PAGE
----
Why Is Your Smoke Alarm Beeping?
When the batteries in a smoke alarm run low, the alarm will begin to beep. This can cause your smoke alarm to make chirping noises even when there is no smoke present. In most cases, replacing the batteries and resetting the smoke alarm will silence the beeping.
All of this is part of routine smoke alarm maintenance.
The fact that your alarm is beeping is a good sign; it means that your device is still functioning properly enough to detect low battery power and notify you that a changeover is required.
The new smoke alarm legislation in Queensland also ensures that all dwellings and rentals are equipped with fully functioning interconnected photoelectric smoke alarms by January 2022. This means that when one alarm gets activated, all alarms will also activate the alarm sounder to make sure you get the warning.
If your smoke alarm is prone to random beeping, you’re in for a serious headache. Hence, you need to learn how to minimise these beeping incidents and how to deal with them.
Aside from low battery issues, here are some other reasons why your smoke alarm continues to sound.
If your smoke alarm continues to beep, you should check the inside of the device for battery obstructions. Sometimes people forget to remove the battery's "pull tab." You should also inspect your alarm for debris, insects, and dust. After you've finished removing any impediments, then close the battery drawer completely, or in some cases ensure the battery is making contact with the battery monitor microswitch.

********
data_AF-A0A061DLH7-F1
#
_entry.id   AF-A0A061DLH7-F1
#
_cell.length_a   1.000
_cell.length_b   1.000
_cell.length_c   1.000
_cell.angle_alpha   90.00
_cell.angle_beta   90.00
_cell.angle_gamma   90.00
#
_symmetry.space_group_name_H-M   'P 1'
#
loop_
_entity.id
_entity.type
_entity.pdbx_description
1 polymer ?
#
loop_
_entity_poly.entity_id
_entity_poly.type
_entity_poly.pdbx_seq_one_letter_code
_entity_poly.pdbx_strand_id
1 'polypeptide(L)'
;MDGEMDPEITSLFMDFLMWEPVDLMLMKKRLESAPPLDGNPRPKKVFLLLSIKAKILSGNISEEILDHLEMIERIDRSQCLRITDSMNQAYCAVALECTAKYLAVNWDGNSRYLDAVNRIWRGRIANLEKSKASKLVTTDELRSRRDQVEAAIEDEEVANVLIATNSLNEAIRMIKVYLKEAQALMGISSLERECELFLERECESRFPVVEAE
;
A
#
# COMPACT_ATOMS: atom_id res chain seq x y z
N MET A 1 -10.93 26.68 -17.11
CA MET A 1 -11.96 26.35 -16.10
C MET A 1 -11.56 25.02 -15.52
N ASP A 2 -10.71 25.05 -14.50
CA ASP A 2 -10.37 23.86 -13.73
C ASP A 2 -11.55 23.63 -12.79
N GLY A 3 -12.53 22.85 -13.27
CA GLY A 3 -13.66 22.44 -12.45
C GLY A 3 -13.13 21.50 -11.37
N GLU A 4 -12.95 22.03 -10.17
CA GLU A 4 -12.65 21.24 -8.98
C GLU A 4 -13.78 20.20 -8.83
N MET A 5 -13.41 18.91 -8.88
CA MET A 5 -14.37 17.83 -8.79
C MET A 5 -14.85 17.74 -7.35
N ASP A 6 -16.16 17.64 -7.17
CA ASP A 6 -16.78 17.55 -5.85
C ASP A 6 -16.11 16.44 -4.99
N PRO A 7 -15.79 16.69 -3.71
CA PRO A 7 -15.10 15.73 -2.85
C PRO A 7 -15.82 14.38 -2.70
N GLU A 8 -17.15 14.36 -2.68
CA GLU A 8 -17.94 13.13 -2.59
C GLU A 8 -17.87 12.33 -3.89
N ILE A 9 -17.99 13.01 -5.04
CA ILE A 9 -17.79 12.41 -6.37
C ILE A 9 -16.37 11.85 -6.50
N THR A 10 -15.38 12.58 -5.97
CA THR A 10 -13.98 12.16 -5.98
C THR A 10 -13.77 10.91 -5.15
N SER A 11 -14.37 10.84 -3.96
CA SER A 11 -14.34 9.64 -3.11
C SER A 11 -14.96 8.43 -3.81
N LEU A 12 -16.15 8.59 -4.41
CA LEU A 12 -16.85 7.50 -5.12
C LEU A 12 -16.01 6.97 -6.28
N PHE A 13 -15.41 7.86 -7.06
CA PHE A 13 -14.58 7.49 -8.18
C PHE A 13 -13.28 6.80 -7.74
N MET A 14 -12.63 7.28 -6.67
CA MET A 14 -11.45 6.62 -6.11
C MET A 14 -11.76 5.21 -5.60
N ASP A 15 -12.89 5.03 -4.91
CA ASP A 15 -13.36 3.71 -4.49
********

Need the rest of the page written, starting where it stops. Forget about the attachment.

End of Life Warning
That annoying smoke alarm chirping could be a sign that you need to replace your device. Most smoke alarms have a 10-year lifespan. Generally smoke alarms in Australia must be replaced every ten years, according to the building code, legislation and manufacturers instructions. Make sure you're up to date if you're a landlord or property manager. Your system's sound will be unique to your device, but it will most likely sound similar to the low battery warning sound for end of life warnings. Each manufacturers smoke alarm will have a unique sequencing code, which will provide a sequence of beeps or indicator light flashes to alert of trouble with the equipment.
If you’re going to replace your smoke alarm, make sure that you buy photoelectric alarms that comply with Australian Standard 3786-2014. You should look for the AS3786-2014 mark in the body of the smoke alarm. It is also imperative that you ensure any alarm installed is compatible with the existing alarms or any other alarms being installed.
Incompatible and Overloaded Devices
It has been found that many contractors have been unaware of the issues created by mixing brands or models from varying types of alarms/manufacturers; this action can cause nuisance/unwanted alarms to occur due to incompatibility, and in some cases it has also prevented alarms from functioning altogether.